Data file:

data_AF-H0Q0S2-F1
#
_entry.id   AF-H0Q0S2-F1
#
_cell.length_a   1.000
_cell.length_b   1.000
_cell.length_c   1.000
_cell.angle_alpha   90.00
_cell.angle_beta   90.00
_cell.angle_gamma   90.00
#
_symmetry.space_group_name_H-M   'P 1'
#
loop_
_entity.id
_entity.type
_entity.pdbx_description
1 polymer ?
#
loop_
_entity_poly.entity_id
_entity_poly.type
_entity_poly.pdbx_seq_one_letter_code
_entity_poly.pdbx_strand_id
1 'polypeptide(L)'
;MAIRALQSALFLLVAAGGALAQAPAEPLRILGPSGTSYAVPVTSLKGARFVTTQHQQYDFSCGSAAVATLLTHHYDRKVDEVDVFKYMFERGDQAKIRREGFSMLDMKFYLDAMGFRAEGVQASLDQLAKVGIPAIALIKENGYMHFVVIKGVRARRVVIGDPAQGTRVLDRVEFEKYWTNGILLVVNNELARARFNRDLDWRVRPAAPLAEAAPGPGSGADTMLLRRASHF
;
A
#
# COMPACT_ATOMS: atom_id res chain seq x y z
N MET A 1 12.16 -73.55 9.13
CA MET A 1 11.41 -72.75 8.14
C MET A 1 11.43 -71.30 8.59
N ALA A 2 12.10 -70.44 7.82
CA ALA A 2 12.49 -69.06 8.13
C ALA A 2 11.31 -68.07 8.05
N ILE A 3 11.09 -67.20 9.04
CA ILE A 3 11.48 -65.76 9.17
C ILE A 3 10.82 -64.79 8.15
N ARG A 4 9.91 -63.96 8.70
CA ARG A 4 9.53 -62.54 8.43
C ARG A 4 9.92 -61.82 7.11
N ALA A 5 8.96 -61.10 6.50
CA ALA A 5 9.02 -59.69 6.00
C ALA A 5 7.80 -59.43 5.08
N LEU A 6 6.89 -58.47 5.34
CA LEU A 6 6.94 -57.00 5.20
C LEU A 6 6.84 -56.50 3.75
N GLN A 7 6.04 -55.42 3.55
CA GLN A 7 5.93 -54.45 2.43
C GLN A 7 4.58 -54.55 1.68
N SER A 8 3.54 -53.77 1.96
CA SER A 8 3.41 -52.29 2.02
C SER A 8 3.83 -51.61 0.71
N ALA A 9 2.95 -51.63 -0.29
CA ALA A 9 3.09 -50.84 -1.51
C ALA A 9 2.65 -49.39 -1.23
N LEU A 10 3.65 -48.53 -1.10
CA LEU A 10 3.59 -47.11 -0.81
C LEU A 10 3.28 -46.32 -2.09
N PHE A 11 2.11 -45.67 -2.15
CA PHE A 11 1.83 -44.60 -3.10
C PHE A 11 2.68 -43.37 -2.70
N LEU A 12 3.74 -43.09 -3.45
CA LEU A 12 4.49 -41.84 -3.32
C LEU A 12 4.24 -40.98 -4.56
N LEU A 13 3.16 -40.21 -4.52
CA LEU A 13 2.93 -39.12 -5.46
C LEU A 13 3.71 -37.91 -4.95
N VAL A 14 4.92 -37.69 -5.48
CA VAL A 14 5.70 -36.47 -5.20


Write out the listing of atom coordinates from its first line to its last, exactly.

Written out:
data_AF-H0Q0S2-F1
#
_entry.id   AF-H0Q0S2-F1
#
_cell.length_a   1.000
_cell.length_b   1.000
_cell.length_c   1.000
_cell.angle_alpha   90.00
_cell.angle_beta   90.00
_cell.angle_gamma   90.00
#
_symmetry.space_group_name_H-M   'P 1'
#
loop_
_entity.id
_entity.type
_entity.pdbx_description
1 polymer ?
#
loop_
_entity_poly.entity_id
_entity_poly.type
_entity_poly.pdbx_seq_one_letter_code
_entity_poly.pdbx_strand_id
1 'polypeptide(L)'
;MAIRALQSALFLLVAAGGALAQAPAEPLRILGPSGTSYAVPVTSLKGARFVTTQHQQYDFSCGSAAVATLLTHHYDRKVDEVDVFKYMFERGDQAKIRREGFSMLDMKFYLDAMGFRAEGVQASLDQLAKVGIPAIALIKENGYMHFVVIKGVRARRVVIGDPAQGTRVLDRVEFEKYWTNGILLVVNNELARARFNRDLDWRVRPAAPLAEAAPGPGSGADTMLLRRASHF
;
A
#
# COMPACT_ATOMS: atom_id res chain seq x y z
N MET A 1 12.16 -73.55 9.13
CA MET A 1 11.41 -72.75 8.14
C MET A 1 11.43 -71.30 8.59
N ALA A 2 12.10 -70.44 7.82
CA ALA A 2 12.49 -69.06 8.13
C ALA A 2 11.31 -68.07 8.05
N ILE A 3 11.09 -67.20 9.04
CA ILE A 3 11.48 -65.76 9.17
C ILE A 3 10.82 -64.79 8.15
N ARG A 4 9.91 -63.96 8.70
CA ARG A 4 9.53 -62.54 8.43
C ARG A 4 9.92 -61.82 7.11
N ALA A 5 8.96 -61.10 6.50
CA ALA A 5 9.02 -59.69 6.00
C ALA A 5 7.80 -59.43 5.08
N LEU A 6 6.89 -58.47 5.34
CA LEU A 6 6.94 -57.00 5.20
C LEU A 6 6.84 -56.50 3.75
N GLN A 7 6.04 -55.42 3.55
CA GLN A 7 5.93 -54.45 2.43
C GLN A 7 4.58 -54.55 1.68
N SER A 8 3.54 -53.77 1.96
CA SER A 8 3.41 -52.29 2.02
C SER A 8 3.83 -51.61 0.71
N ALA A 9 2.95 -51.63 -0.29
CA ALA A 9 3.09 -50.84 -1.51
C ALA A 9 2.65 -49.39 -1.23
N LEU A 10 3.65 -48.53 -1.10
CA LEU A 10 3.59 -47.11 -0.81
C LEU A 10 3.28 -46.32 -2.09
N PHE A 11 2.11 -45.67 -2.15
CA PHE A 11 1.83 -44.60 -3.10
C PHE A 11 2.68 -43.37 -2.70
N LEU A 12 3.74 -43.09 -3.45
CA LEU A 12 4.49 -41.84 -3.32
C LEU A 12 4.24 -40.98 -4.56
N LEU A 13 3.16 -40.21 -4.52
CA LEU A 13 2.93 -39.12 -5.46
C LEU A 13 3.71 -37.91 -4.95
N VAL A 14 4.92 -37.69 -5.48
CA VAL A 14 5.70 -36.47 -5.20